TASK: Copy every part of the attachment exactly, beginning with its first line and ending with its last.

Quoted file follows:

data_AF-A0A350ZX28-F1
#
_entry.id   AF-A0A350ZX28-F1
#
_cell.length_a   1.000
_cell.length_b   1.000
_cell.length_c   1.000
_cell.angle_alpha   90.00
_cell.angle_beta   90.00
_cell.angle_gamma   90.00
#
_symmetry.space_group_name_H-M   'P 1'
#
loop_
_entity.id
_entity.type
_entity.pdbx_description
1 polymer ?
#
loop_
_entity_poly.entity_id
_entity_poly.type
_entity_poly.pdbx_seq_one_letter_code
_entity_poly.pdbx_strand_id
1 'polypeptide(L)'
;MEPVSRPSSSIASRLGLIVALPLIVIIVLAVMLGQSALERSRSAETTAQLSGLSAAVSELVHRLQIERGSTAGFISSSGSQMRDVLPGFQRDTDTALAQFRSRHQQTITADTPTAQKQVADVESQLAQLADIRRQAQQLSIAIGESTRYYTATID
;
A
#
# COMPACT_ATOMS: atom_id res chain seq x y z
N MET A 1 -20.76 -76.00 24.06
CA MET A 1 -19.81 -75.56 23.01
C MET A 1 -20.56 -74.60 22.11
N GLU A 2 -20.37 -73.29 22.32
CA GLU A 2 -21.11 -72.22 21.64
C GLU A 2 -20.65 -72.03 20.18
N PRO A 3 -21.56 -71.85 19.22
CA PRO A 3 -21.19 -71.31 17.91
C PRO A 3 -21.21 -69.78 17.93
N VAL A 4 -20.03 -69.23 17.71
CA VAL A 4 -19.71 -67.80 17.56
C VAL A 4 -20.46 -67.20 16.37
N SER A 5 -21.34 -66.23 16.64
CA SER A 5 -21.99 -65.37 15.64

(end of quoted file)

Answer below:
data_AF-A0A350ZX28-F1
#
_entry.id   AF-A0A350ZX28-F1
#
_cell.length_a   1.000
_cell.length_b   1.000
_cell.length_c   1.000
_cell.angle_alpha   90.00
_cell.angle_beta   90.00
_cell.angle_gamma   90.00
#
_symmetry.space_group_name_H-M   'P 1'
#
loop_
_entity.id
_entity.type
_entity.pdbx_description
1 polymer ?
#
loop_
_entity_poly.entity_id
_entity_poly.type
_entity_poly.pdbx_seq_one_letter_code
_entity_poly.pdbx_strand_id
1 'polypeptide(L)'
;MEPVSRPSSSIASRLGLIVALPLIVIIVLAVMLGQSALERSRSAETTAQLSGLSAAVSELVHRLQIERGSTAGFISSSGSQMRDVLPGFQRDTDTALAQFRSRHQQTITADTPTAQKQVADVESQLAQLADIRRQAQQLSIAIGESTRYYTATID
;
A
#
# COMPACT_ATOMS: atom_id res chain seq x y z
N MET A 1 -20.76 -76.00 24.06
CA MET A 1 -19.81 -75.56 23.01
C MET A 1 -20.56 -74.60 22.11
N GLU A 2 -20.37 -73.29 22.32
CA GLU A 2 -21.11 -72.22 21.64
C GLU A 2 -20.65 -72.03 20.18
N PRO A 3 -21.56 -71.85 19.22
CA PRO A 3 -21.19 -71.31 17.91
C PRO A 3 -21.21 -69.78 17.93
N VAL A 4 -20.03 -69.23 17.71
CA VAL A 4 -19.71 -67.80 17.56
C VAL A 4 -20.46 -67.20 16.37
N SER A 5 -21.34 -66.23 16.64
CA SER A 5 -21.99 -65.37 15.64